In truth, we hate to use the word “generic,” but it is similar in size and appearance to many of the other mobile devices out there. We have seen a few that are a bit larger, but we have also seen quite a few that are smaller and lighter. And while a few have designed their devices to look more “techy” than medical, the Mobile LTE definitely has the look of a medical device.
On the front of the device is a speaker and a tiny hole the size of a pinprick which is the microphone. These components enable two-way talk with the monitoring center, an important function. The help button is in between the two.
At the very top of the device is an indicator light. Most of the time, the light will slowly flash green (about every 30 seconds) signaling that it is fully charged. When the device is charging, it will light up a solid blue, and when the battery is low, it will flash blue.
On one side of the device is an on/off button and on the other is the shield button. The shield button is what we consider an extra button, not found on all mobile devices. It allows you to both check your battery status and cancel a call to the monitoring center if you have accidentally pressed the button or changed your mind. Though the shield button may not be absolutely necessary, it is nice to have.
Where LifeStation really distinguishes itself from other medical alert systems is through some additional features that assist both the older adult using the device and caregivers.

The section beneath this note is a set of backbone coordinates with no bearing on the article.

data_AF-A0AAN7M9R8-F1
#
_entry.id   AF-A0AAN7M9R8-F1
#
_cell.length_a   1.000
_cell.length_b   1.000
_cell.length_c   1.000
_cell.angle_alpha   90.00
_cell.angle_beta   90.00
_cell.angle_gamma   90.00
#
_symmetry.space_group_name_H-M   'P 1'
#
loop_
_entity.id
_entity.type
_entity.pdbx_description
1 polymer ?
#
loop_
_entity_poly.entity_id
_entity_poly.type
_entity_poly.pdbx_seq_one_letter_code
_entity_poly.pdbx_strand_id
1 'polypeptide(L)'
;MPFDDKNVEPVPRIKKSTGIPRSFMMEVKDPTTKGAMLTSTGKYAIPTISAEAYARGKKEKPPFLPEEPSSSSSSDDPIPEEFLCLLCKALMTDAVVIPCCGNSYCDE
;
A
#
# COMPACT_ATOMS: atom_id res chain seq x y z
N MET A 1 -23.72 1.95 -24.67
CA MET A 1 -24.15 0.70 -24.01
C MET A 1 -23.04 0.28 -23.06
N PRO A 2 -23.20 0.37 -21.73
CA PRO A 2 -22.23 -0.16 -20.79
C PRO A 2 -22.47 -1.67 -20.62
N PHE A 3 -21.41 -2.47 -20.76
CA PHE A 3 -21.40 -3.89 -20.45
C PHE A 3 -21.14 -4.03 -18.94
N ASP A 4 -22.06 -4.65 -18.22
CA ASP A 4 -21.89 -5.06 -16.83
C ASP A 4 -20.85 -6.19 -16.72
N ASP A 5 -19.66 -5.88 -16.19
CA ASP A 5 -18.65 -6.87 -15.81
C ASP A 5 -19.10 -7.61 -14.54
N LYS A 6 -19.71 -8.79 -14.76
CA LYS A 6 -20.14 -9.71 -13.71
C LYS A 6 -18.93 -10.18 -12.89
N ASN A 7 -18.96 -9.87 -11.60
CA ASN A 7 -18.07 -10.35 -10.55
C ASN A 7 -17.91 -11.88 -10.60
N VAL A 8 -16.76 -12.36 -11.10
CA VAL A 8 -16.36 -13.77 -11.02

One of these features is location detection for the monitoring center (an industry standard) and also for caregivers (not found in most mobile devices). LifeStation calls the location detection for caregivers “Find My Loved One.” It works like this: Caregivers are provided a phone number that they can text. A reply to the text will identify the location of the device.
To help understand how this might work in practice, consider a situation in which Julie is a caregiver for her mother, Mary, who is in the beginning stages of dementia. Mary is in the garden pulling weeds, but when Julie walks out to check on her, she realizes that her mother is no longer in the yard. Julie sends the prescribed text: “Find Mary.” The response shows that Mary has walked down the block to a neighbor’s house. Julie’s moment of panic subsides, and she walks down to the neighbor’s to check on her mom.
Of course, there are many other types of situations that could warrant the need for location detection. LifeStation considers this particular function so important that it goes beyond just utilizing GPS. It uses a combination of GPS, Wi-Fi and Bluetooth to ensure that whoever needs help, whether inside or outside, doesn’t fall through the cracks.
The Mobile LTE can also be paired with Alexa to perform caregiver functions such as checking a loved one’s history of emergency calls or for location detection. For example, you could say, “Alexa, where’s my mom?” and quickly learn her whereabouts.
We like that the needs of caregivers as well as the needs of older adults have been taken under consideration by LifeStation. If interested in learning about another medical alert system that offers great caregiver services including motion sensors and smart apps integration, read our review of Aloe Care Health.
LifeStation operates two monitoring centers in New Jersey and Texas. It is great to know that the system includes redundancy in case of an event, such as when a severe storm leads to a loss of power. The safety of older adults would never be compromised. The centers also have earned a TMA Five Diamond certification, the gold standard of certifications in the medical alert system industry. This knowledge gave us confidence in the system.